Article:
Porky & Buddy’s Pet Health

Dear Buddy:

Whenever I come home, my puppy, Lola, pees. I thought she was housetrained, as she does ask to go out, but then she’ll squat and pee right in front of me. I have tried scolding, but she still does it. What can I do?


Dear Anna:

This is a common behavior with young puppies. It is known as “submissive urination.” Being submissive to the “master” during greeting is often accompanied by a dribble of urine. It’s really important to understand that Lola is not misbehaving. She is trying to be really really good! This kind of behavior is most common in young dogs, but may persist into adulthood. It usually will resolve on its own, however, as the urinary sphincters mature and Lola gains confidence with her role in your household. In the interim, keep greetings brief and calm; maybe even ignore her for several minutes just after you arrive. Make sure there is no eye contact. This will limit her feelings of being threatened. Avoid petting her on the head, as this is a dominant act on your part and could trigger the urination to show she’s not challenging you. Petting is also a form of praise and we don’t want to praise the urination.

Whatever you do, don’t punish or scold. It makes her even more submissive and will only exacerbate the problem. If you could redirect your puppy upon entering the house, (for instance, have her fetch her favorite toy,) she won’t be in that submissive position and she can’t fetch and submissively urinate at the same time. Once Lola is feeling successful and confident, she probably won’t feel the need to urinate in order to impress you. I hope this helps. Let us know.

Dear Porky:

My cat has just had kittens. I wanted her to have the experience of just one litter, but I know that spaying is important, so when can I get her spayed?


Dear Jon:

Thanks for writing and thanks for (eventually) spaying your pet. It is the best thing for your pet’s health and well being. It would be best, if possible, to wean the kittens by about 6 weeks then let the mother’s milk dry up for about 10 days. This means all kittens should not nurse during those 10 days because nursing stimulates the milk production and you want her to be dry for the surgery.

That was the easy part. Now wait a minute while I climb up on my soapbox. It is a myth that there are physical or psychological health benefits to allowing a companion animal to have “just one litter” prior to having her spayed. Just the opposite in fact. And if you think just one litter won’t matter, consider this: One unspayed female cat having just four kittens a year and just two females per litter, can be the cause of over 10,000 kittens being born over the next seven years. Dog and cat overpopulation is a national tragedy. Millions of dogs and cats are killed in shelters, hit by cars, or die on the streets and back roads simply because there are not enough homes. Some people assume that it is “okay” to allow their pet to have one litter of kittens or puppies as long as they find a home for each offspring. The fact is, there are too many homeless animals and even if you find a home for all your pet’s puppies or kittens, you are still taking homes away from other companion animals. Also, it is difficult to ensure that each offspring you place will have a lifetime home and not be responsible for producing “just one more litter”. In the blink of an eye, your “one litter” can easily become hundreds of animals – all in need of a permanent, loving home. Thousands of healthy puppies and kittens are euthanized every day in this country and each one of those little ones came from”just one litter.”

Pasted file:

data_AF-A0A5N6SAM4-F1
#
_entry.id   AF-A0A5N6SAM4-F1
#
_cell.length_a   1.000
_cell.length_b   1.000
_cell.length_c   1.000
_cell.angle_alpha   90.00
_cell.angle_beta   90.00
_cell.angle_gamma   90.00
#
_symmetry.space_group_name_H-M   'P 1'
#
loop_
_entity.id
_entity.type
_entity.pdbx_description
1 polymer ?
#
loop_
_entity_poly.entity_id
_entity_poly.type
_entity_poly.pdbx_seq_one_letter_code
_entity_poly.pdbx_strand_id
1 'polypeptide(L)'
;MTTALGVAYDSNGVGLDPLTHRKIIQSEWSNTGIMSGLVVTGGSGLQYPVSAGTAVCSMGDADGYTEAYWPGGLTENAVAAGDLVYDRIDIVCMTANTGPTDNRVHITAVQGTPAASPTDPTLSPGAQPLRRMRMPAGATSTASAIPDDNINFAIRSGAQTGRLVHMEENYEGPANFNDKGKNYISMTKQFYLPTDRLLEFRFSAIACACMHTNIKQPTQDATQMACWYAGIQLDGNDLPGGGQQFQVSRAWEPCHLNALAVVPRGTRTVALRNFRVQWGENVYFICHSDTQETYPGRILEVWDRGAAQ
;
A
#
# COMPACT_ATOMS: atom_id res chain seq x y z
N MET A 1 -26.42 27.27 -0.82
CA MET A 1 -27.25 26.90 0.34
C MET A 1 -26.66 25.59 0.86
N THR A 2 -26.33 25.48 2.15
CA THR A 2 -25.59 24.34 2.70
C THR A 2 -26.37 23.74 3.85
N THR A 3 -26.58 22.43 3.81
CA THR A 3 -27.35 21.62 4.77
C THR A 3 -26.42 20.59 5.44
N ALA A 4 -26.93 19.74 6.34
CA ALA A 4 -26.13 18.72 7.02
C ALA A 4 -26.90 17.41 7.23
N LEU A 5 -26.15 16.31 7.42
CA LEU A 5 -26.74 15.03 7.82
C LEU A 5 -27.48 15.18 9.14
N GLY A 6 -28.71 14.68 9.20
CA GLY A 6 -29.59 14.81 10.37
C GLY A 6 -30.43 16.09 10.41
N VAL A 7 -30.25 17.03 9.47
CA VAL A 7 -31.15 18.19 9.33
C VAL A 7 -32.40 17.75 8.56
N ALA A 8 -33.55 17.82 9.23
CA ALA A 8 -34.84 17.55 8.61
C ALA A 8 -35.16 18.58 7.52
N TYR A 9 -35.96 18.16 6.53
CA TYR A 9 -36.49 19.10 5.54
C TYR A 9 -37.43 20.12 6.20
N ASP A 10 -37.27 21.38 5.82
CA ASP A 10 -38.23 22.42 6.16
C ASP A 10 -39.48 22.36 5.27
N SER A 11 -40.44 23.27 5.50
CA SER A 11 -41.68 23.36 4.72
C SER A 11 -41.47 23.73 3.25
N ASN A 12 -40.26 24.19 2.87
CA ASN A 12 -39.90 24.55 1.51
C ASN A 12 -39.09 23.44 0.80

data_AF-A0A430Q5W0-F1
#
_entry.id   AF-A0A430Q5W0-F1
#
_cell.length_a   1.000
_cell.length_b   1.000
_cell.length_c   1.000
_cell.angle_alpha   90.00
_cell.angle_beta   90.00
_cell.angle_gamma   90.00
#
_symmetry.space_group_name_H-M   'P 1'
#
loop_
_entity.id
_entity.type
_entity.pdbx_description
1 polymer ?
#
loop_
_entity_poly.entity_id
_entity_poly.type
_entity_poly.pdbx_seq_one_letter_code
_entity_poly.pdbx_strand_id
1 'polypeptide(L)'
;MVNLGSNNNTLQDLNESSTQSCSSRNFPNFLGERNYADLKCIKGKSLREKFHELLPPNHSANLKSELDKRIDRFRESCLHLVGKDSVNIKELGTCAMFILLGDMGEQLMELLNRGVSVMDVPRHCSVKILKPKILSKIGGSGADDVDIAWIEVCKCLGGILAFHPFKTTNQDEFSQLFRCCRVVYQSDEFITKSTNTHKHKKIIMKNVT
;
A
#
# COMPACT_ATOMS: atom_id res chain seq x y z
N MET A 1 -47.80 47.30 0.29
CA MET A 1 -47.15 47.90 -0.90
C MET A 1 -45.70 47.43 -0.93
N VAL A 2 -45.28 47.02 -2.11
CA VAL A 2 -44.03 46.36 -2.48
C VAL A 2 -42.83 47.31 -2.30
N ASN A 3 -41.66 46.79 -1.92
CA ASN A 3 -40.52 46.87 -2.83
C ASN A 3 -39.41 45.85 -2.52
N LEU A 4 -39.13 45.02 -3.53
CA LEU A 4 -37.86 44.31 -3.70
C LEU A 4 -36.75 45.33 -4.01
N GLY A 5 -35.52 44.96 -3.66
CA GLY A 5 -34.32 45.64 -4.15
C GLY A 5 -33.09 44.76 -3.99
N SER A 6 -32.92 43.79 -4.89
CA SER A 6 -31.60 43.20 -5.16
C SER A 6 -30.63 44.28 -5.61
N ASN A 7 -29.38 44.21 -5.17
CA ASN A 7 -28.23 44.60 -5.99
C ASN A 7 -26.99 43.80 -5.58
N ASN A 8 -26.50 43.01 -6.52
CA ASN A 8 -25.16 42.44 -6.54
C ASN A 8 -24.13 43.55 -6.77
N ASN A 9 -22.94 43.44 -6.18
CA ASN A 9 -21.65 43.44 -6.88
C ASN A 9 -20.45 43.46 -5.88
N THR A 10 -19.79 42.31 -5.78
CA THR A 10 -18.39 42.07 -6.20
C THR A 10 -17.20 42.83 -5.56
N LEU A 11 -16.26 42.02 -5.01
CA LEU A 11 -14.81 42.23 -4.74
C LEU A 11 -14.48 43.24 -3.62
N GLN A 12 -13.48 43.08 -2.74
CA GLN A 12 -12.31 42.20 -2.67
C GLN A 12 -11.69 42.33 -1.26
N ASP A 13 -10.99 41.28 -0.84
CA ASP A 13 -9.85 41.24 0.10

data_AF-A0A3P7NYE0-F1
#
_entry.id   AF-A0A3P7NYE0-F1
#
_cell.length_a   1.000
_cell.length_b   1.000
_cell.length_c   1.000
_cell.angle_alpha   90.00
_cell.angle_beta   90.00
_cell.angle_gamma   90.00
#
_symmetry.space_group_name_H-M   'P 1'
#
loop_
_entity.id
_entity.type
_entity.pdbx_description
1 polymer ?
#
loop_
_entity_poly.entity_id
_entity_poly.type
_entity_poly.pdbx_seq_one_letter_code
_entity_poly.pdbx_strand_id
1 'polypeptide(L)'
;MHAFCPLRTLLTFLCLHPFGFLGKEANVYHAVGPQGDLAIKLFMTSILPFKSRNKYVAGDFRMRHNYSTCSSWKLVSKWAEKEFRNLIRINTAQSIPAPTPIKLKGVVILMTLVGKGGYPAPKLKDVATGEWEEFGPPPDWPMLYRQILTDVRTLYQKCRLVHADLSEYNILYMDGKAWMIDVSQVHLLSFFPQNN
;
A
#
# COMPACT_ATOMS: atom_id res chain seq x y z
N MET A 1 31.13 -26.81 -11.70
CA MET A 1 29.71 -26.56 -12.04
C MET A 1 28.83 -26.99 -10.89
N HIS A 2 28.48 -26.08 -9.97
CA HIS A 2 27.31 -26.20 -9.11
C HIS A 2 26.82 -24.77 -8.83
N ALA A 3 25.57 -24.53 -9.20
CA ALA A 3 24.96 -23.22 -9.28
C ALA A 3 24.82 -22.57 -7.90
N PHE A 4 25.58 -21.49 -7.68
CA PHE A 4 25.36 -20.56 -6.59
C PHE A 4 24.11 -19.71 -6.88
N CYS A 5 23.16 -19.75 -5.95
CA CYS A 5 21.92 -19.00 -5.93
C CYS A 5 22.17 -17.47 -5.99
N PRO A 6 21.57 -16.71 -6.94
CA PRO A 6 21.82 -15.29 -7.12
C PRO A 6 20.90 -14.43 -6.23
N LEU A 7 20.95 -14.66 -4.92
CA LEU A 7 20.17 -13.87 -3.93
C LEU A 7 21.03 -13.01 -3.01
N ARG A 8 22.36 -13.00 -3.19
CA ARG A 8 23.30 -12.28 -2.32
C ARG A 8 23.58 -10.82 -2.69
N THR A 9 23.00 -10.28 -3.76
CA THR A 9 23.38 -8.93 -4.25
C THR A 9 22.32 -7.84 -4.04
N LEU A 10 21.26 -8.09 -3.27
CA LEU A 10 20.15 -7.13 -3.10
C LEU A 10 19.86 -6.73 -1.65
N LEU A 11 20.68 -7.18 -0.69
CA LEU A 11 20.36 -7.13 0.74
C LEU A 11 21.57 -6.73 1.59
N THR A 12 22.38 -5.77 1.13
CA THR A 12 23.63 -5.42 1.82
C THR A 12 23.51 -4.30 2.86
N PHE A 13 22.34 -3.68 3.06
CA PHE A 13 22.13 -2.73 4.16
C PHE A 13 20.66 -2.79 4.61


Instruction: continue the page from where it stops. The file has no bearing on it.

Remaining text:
I’m sorry to yell at you. I know you thought you were doing the right thing, but, in fact, you were not. So to atone for the error of your ways, make sure that all those beautiful kittens are spayed and neutered by you, before you find homes for them. That will make both you and me feel much better.

Another way you can assuage your guilt is to come and adopt a new (already neutered) pet at the “Howl”a ween Adoption Party on Wednesday, October 25th, from 5:30 to 8:30 at the Oswego Elks Lodge, 132 West Fifth Street in Oswego. In addition to pet adoptions there will be lots of fun activities. A Pet Halloween costume contest, Dan the Snake Man, children’s activities, snacks, a cash bar, raffles, and more. The party is free and open to everyone but it would be great if everyone brought a donation of Purina Cat/Kitten Chow and/or clumping kitty litter. And kids need to bring their parents!

The Oswego County Humane Society provides spay/neuter services and assistance, fostering and adoption of animals in urgent need, humane education programs, and information and referrals to animal lovers throughout Oswego County. Our office is located at 265 West First Street, Oswego, New York. Phone (315) 207-1070. Email:[email protected] Website: www.oswegohumane.org.